Wednesday, October 20, 2010

Met by a shotgun

My sisters and I are very different from each other.  In fact, we were called "the Easter eggs" growing up because one of us had blond hair, another black, and the youngest was a red head. When we registered to vote, our differences showed as well. Just as we had hair and eye color of varying hues, we affiliated ourselves as a Democrat, a Republican, and an Independent.  But we weren't "party line" people like my Granddaddy Hilton who always checked the box recording the fact he just wanted all candidates in his party to get his vote. My sisters and I vote our conscience, regardless of what is on our voter cards.

I attribute our belief  to a story I heard about our mother. In her family's corner of Southwestern Virginia, Granddaddy Reasor was an odd duck, a Republican. When my mother went to register to vote, a man was standing outside the building with a shotgun. Knowing her for the "daddy's girl" she was, he pointed his weapon at her and said, "We don't need any Republicans, Miz Reasor. You're not coming in here." Now my mother had a choice. She could have turned tail and run home. She could have complained to the sheriff.  Instead, she stared the man down, pushed the gun out of the way, and walked inside to register. The point was not that she was going to register as a Republican. She was going to register to vote, period, and no one could stop her from doing so.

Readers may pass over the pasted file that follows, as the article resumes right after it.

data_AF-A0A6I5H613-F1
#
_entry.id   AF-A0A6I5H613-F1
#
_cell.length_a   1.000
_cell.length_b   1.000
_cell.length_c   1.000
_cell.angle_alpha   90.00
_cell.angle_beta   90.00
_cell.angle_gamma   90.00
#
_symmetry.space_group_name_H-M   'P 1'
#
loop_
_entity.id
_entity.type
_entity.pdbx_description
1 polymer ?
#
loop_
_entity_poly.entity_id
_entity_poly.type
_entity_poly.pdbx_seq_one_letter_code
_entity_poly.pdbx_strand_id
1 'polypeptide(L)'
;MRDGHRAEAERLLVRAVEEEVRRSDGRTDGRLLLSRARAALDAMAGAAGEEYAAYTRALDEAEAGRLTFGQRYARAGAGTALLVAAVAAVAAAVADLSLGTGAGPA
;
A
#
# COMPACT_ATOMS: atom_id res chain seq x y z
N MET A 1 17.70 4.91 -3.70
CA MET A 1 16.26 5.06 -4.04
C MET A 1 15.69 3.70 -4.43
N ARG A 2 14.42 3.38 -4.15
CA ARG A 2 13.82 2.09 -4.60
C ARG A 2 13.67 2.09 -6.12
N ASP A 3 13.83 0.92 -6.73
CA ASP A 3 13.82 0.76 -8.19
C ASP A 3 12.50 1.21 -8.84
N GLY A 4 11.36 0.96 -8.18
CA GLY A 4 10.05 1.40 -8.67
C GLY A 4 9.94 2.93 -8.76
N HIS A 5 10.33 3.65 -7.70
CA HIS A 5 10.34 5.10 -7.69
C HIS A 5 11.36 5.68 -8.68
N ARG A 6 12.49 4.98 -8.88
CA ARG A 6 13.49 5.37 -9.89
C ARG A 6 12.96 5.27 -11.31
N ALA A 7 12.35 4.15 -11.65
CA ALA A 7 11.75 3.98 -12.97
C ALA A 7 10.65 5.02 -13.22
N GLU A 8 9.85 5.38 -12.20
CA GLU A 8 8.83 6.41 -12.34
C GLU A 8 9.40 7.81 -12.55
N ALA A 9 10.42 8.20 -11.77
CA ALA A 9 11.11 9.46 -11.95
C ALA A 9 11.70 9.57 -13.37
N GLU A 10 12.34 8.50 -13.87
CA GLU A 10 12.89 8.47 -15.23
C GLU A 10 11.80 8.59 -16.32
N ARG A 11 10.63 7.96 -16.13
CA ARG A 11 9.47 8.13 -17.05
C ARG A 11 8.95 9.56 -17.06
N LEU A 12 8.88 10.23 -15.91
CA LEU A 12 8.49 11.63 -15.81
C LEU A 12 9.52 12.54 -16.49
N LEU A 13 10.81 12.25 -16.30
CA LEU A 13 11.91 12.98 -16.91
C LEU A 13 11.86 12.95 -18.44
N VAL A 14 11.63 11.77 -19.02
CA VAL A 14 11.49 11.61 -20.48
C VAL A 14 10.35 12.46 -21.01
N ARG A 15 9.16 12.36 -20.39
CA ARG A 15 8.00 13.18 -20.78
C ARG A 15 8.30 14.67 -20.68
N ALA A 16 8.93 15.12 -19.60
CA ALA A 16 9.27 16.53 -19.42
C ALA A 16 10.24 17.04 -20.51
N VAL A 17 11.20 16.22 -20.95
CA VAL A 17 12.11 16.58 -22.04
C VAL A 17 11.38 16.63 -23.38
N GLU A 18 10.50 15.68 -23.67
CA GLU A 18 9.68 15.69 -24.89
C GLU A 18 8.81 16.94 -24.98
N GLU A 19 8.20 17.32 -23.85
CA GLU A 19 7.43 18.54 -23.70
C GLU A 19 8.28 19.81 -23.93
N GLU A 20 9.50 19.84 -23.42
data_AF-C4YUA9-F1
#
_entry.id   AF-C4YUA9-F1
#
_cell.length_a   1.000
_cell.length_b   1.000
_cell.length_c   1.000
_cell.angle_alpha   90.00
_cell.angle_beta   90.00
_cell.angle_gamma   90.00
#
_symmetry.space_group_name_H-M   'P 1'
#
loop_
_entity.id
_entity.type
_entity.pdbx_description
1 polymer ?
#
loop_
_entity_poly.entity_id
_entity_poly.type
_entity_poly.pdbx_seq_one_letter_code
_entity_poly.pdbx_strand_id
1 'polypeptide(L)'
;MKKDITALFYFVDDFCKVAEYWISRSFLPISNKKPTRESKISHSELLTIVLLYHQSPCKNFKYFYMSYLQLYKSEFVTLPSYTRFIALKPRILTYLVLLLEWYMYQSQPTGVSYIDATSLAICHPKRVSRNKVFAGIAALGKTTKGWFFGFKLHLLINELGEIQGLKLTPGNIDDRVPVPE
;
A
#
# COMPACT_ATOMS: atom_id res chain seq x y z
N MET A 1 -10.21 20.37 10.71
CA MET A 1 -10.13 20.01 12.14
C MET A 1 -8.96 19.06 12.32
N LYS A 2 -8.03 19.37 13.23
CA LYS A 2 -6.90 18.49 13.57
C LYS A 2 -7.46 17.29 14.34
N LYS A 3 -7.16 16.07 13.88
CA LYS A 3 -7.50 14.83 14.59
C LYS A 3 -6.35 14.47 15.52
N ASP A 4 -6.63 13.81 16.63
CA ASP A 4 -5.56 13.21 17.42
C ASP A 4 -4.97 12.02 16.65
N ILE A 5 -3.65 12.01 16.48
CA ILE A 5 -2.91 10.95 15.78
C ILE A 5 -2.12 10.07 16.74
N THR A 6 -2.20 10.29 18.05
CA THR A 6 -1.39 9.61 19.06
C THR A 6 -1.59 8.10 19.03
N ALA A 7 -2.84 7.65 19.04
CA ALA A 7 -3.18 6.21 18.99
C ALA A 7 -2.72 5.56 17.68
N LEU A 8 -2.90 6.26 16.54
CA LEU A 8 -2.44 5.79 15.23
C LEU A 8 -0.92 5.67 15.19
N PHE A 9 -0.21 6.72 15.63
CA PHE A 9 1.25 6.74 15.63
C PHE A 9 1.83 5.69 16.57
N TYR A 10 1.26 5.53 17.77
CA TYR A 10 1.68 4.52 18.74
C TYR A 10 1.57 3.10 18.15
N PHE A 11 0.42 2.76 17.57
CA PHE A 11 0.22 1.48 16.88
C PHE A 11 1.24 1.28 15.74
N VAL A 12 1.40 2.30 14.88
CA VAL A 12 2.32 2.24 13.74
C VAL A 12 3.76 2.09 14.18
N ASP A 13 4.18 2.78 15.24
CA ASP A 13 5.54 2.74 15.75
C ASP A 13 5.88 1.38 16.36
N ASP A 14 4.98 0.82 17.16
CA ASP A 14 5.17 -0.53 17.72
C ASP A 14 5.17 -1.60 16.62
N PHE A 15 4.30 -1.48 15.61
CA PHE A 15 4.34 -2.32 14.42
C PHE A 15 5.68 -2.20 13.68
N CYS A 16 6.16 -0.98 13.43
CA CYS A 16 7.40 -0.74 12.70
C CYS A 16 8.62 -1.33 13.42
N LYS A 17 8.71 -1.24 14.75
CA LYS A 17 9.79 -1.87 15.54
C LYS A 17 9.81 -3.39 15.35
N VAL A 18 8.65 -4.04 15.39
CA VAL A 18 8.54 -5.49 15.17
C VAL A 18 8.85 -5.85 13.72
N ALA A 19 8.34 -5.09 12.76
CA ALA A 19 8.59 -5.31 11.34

I have thought of that story many times the past few weeks as I struggle with the burden of being a registered voter.  This political season, I am not happy with any of the candidates. I am fearful of some and disgusted with others. The ugliness of political commercials and rallies of both sides has turned me off.  Over and over again, I have asked myself why I continue to vote instead of turning into one of the majority of apathetic Americans who decline the privilege.

Ultimately, I have decided my feelings about the political parties, ads, insults, prejudices, and lack of concern for all Americans, have combined to become my "shotgun moment."  My feelings are staring me in the face, threatening my right to add my opinion of how the country should be led. Am I really going to let others determine whether I vote or not?  No. It is not going to be easy this election but I will think of my mother, push the shotgun out of the way, and vote my conscience.

What keeps you from voting? How can you reframe your feelings and exercise your privilege to vote?